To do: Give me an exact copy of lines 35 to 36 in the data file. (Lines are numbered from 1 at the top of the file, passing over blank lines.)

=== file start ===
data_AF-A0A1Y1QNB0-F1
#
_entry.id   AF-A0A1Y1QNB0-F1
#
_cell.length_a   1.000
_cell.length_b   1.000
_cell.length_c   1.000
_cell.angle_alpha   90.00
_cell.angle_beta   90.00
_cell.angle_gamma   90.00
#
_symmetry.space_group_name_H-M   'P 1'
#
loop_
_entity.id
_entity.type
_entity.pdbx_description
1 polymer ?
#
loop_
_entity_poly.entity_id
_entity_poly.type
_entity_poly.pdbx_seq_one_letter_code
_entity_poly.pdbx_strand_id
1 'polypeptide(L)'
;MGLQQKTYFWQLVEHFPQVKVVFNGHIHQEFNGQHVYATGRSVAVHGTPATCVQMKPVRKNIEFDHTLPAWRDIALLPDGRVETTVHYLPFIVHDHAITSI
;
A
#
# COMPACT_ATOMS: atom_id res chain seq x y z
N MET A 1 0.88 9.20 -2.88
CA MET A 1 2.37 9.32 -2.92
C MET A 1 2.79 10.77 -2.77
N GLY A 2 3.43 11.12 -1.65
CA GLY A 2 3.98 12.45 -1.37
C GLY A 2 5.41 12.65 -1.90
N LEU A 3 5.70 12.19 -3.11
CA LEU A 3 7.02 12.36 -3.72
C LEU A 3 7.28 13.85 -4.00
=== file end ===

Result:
CA GLY A 2 3.98 12.45 -1.37
C GLY A 2 5.41 12.65 -1.90